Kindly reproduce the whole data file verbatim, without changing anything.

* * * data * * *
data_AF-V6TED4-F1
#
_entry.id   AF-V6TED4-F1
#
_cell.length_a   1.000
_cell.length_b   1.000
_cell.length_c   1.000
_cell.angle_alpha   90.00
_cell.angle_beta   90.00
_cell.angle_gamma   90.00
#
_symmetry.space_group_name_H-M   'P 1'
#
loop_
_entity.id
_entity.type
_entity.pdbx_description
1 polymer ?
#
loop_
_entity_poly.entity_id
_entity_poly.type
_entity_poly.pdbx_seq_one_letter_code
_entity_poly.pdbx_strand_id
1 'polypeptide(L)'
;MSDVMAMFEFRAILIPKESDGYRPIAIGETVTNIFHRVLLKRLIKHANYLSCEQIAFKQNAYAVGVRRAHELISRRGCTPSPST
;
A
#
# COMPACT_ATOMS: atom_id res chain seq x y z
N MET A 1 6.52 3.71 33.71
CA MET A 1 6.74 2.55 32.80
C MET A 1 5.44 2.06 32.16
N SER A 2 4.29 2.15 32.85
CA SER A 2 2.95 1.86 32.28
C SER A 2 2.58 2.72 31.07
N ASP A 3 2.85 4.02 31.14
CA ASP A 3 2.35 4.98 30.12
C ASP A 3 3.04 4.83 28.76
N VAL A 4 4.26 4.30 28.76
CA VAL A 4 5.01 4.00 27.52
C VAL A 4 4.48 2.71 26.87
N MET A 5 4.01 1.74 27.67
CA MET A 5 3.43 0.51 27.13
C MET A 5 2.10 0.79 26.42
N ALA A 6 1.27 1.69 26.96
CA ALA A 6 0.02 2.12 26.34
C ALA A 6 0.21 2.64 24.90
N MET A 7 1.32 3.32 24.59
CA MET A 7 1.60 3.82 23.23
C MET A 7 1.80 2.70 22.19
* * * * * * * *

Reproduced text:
data_AF-V6TED4-F1
#
_entry.id   AF-V6TED4-F1
#
_cell.length_a   1.000
_cell.length_b   1.000
_cell.length_c   1.000
_cell.angle_alpha   90.00
_cell.angle_beta   90.00
_cell.angle_gamma   90.00
#
_symmetry.space_group_name_H-M   'P 1'
#
loop_
_entity.id
_entity.type
_entity.pdbx_description
1 polymer ?
#
loop_
_entity_poly.entity_id
_entity_poly.type
_entity_poly.pdbx_seq_one_letter_code
_entity_poly.pdbx_strand_id
1 'polypeptide(L)'
;MSDVMAMFEFRAILIPKESDGYRPIAIGETVTNIFHRVLLKRLIKHANYLSCEQIAFKQNAYAVGVRRAHELISRRGCTPSPST
;
A
#
# COMPACT_ATOMS: atom_id res chain seq x y z
N MET A 1 6.52 3.71 33.71
CA MET A 1 6.74 2.55 32.80
C MET A 1 5.44 2.06 32.16
N SER A 2 4.29 2.15 32.85
CA SER A 2 2.95 1.86 32.28
C SER A 2 2.58 2.72 31.07
N ASP A 3 2.85 4.02 31.14
CA ASP A 3 2.35 4.98 30.12
C ASP A 3 3.04 4.83 28.76
N VAL A 4 4.26 4.30 28.76
CA VAL A 4 5.01 4.00 27.52
C VAL A 4 4.48 2.71 26.87
N MET A 5 4.01 1.74 27.67
CA MET A 5 3.43 0.51 27.13
C MET A 5 2.10 0.79 26.42
N ALA A 6 1.27 1.69 26.96
CA ALA A 6 0.02 2.12 26.34
C ALA A 6 0.21 2.64 24.90
N MET A 7 1.32 3.32 24.59
CA MET A 7 1.60 3.82 23.23
C MET A 7 1.80 2.70 22.19